Thankfully, rain was avoided at the ceremony, but as soon as the sun crested the bleachers, it became increasingly unpleasant to be outside. There were many cases of families who left the stadium as soon as their graduate crossed the stage, and many graduates themselves left the area after they had walked. On top of that, there were several health scares throughout the event involving heat stroke and dehydration. This ceremony is supposed to be one of the greatest memories of a student’s life, and shouldn’t be ruined by 85 degree heat and 95 percent humidity. 

      As Stetson has continued to grow over the years, and Spec Martin’s capacity was almost reached last year, getting rid of the entire reason that the ceremony was moved there in the first place. It was clear that a decision had to be made, so over the summer and early fall, the university administration made the decision to move the ceremonies back indoors. Of course, there are trade-offs with this decision that will have to be dealt with. Over the last several weeks I have heard from many of my fellow students about how you feel about the change, and have talked with members of the administration about these concerns. I’d like to take this opportunity to address some of the major questions and concerns that I have heard from students regarding this the changes.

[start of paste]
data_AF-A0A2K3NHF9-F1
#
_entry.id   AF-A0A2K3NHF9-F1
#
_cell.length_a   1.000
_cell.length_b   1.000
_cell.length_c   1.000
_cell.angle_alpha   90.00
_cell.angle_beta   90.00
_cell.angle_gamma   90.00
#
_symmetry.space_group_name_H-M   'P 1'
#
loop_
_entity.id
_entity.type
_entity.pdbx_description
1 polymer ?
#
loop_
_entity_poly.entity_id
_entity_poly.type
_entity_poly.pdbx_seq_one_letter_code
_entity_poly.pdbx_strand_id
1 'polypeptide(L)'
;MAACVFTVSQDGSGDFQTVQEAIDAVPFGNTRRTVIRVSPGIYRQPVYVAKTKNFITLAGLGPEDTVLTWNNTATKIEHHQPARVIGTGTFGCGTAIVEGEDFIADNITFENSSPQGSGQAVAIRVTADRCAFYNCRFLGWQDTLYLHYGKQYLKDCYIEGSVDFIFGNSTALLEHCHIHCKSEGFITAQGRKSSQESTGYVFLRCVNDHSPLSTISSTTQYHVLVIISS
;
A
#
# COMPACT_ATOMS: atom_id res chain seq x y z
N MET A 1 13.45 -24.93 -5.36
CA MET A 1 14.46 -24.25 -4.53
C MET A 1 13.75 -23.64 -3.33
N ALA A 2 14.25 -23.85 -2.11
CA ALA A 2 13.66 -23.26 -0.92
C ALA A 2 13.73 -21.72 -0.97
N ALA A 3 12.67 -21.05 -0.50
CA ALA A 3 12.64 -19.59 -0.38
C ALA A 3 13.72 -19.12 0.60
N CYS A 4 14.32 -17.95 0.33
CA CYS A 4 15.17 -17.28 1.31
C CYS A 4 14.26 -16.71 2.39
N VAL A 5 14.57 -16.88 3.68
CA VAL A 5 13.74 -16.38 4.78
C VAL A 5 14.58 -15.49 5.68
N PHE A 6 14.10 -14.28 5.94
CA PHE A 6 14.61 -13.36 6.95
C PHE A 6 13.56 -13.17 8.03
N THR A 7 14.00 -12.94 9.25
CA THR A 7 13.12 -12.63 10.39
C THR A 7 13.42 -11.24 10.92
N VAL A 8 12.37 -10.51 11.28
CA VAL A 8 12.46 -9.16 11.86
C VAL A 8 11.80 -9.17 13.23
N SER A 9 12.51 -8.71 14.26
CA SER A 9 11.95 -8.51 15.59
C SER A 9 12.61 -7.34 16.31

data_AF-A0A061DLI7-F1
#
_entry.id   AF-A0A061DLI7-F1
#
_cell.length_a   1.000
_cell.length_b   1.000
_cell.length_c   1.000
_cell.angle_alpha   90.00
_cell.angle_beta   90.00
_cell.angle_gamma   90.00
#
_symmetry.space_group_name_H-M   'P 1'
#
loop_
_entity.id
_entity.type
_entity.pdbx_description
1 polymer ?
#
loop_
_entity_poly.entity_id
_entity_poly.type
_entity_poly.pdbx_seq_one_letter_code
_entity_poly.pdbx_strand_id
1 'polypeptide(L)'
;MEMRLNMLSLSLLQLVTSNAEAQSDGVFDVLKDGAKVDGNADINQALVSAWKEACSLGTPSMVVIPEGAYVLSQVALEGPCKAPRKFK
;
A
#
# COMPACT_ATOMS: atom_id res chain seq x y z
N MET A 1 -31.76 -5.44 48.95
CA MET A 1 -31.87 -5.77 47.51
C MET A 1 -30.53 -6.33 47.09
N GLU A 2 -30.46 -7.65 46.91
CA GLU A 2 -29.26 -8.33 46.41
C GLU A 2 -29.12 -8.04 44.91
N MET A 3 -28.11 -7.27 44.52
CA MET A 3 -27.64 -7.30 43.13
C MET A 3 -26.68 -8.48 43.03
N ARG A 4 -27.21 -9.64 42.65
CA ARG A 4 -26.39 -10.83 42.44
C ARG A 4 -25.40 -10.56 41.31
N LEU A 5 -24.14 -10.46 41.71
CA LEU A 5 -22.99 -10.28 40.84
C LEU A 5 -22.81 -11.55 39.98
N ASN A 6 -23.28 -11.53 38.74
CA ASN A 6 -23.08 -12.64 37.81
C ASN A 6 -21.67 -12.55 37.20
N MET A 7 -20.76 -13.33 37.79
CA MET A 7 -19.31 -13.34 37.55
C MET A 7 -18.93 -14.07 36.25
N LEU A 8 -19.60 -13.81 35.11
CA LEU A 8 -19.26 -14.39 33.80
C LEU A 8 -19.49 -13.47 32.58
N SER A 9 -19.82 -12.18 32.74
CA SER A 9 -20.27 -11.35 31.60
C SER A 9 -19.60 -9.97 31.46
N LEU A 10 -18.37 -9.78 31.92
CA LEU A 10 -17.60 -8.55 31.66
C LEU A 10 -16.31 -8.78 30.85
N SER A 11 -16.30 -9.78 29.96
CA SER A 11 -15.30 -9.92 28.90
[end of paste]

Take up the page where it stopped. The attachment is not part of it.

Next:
Why two ceremonies?

      Historically, Stetson has been a small school, having grown very quickly in the last few years to the size it is now. One of the benefits of being a smaller school is that it is easier to host ceremonies like commencement for the entire school in the same place, as we had in the past. However, as we have grown, we have to adapt to the realities that similarly-sized colleges and universities face. Having more than one commencement ceremony is not uncommon for universities, in fact, it is very often the case that a university will have one for every one of their colleges and schools. While personally I am upset that I, as a part of the College of Arts and Sciences, will not be able to walk at the same ceremony as some of my close friends in the School of Business or the School of Music, I recognize that it is a reality we must face as a growing school.